This allows them to measure neurotransmitters like dopamine in that extracellular fluid to determine whether these brain chemicals are getting blocked from reentering the cell. More dopamine in the extracellular fluid means more dopamine in the brain. And it’s that excess dopamine, which goes on to stimulate other neurons, which causes a dizzying rush of energy and the agitated, hyperactive behavior that defines a bath salts user.
“What you’ve done is you’ve jacked dopamine up, and that makes them wander crazily around the cage,” Baumann said. “So you’re taking circuitry that’s been laid down over millions of years of evolution of these animals. This circuitry, it’s been laid down, it has a purpose, but when these drugs are present, you’re basically pushing them into some netherworld that the normal brain never sees.”
In a separate experiment, the researchers relied on an implanted sensor to measure the animal’s blood pressure and heart rate.
MDPV, they found, was at least 10 times more potent than cocaine in every test that they used. And that’s a conservative estimate, Baumann said. The results were published in October in the journal Neuropsychopharmacology.
“It’s 10-fold more potent at increasing dopamine in the brain and 10-fold more potent at increasing heart rate,” Baumann said.
They also found that MDPV elicits effects that are greater in magnitude than cocaine. For example, high levels of MDPV led to a higher heart rate overall and more hyperactivity than high levels of cocaine.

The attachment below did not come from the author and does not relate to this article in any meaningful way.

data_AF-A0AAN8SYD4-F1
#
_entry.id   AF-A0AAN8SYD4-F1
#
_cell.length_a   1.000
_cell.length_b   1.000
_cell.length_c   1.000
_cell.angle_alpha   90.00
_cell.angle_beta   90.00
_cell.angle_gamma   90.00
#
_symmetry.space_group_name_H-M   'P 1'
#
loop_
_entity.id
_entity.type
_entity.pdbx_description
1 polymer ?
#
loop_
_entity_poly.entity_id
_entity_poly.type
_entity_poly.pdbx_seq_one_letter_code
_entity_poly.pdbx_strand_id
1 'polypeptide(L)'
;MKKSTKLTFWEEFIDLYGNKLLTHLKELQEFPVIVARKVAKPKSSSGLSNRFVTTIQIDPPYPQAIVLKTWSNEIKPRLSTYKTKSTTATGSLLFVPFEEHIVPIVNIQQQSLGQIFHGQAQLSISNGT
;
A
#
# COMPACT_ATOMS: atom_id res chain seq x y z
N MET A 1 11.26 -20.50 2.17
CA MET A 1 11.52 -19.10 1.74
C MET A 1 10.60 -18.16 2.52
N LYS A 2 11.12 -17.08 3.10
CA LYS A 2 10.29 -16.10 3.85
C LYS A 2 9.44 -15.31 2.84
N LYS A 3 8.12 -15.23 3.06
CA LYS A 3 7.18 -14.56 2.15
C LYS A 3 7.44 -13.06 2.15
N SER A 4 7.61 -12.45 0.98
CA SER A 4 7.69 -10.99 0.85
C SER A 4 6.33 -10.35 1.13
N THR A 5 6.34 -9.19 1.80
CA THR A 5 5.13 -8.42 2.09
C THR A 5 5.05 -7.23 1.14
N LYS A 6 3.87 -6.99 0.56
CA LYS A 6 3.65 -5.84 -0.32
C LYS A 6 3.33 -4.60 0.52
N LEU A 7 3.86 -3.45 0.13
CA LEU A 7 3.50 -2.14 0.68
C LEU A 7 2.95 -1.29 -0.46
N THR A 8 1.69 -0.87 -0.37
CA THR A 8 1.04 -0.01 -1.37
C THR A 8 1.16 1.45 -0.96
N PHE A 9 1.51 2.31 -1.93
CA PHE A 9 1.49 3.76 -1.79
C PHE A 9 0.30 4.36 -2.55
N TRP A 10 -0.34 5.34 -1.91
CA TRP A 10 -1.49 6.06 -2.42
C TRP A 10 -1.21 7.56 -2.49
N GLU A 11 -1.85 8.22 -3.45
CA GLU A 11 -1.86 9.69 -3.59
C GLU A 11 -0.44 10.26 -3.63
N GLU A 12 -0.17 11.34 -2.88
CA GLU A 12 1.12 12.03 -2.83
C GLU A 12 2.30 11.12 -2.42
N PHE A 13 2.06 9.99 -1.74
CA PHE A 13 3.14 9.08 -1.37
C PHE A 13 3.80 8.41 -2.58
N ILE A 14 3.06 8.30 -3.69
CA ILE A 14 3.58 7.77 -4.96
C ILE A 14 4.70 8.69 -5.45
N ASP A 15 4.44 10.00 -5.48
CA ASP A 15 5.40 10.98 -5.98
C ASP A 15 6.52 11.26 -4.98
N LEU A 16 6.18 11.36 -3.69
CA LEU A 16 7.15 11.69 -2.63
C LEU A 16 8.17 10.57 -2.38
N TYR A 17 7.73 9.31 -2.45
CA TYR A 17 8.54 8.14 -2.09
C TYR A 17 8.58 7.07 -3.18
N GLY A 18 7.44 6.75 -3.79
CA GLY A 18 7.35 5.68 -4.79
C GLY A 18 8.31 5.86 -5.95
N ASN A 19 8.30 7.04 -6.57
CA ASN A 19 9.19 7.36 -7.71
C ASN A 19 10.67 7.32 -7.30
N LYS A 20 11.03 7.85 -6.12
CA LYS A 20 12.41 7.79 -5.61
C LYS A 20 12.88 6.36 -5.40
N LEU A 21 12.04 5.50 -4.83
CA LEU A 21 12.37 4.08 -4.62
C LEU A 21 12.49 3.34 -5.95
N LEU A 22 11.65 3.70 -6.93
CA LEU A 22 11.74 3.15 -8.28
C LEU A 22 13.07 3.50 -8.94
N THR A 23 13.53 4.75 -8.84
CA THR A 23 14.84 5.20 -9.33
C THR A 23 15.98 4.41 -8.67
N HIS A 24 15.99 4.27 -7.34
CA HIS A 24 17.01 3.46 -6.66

While Baumann couldn’t comment on its connection to child neglect, he did say the science helps explains the extreme behavior brought on by the drug and highlights it’s addictive nature.
“Because of the strong dopaminergic effects of this drug, you would expect it to lead to compulsive use,” he said. “There’s no doubt that this is a powerfully addictive substance.”
He points to a study recently published in the journal Addiction Biology that finds that rats will readily self-administer the drug, a strong indicator that it has a powerful potential for abuse and addiction in humans.
Next, Baumann’s team plans to study chronic use of the drug and its kinetics — how it gets changed and metabolized by the body’s enzymes, which remains a big unknown.
“And that’s a significant issue,” Baumann said. “When you take these drugs, the liver enzymes convert them to other things. And it’s possible that these metabolites could be toxic.”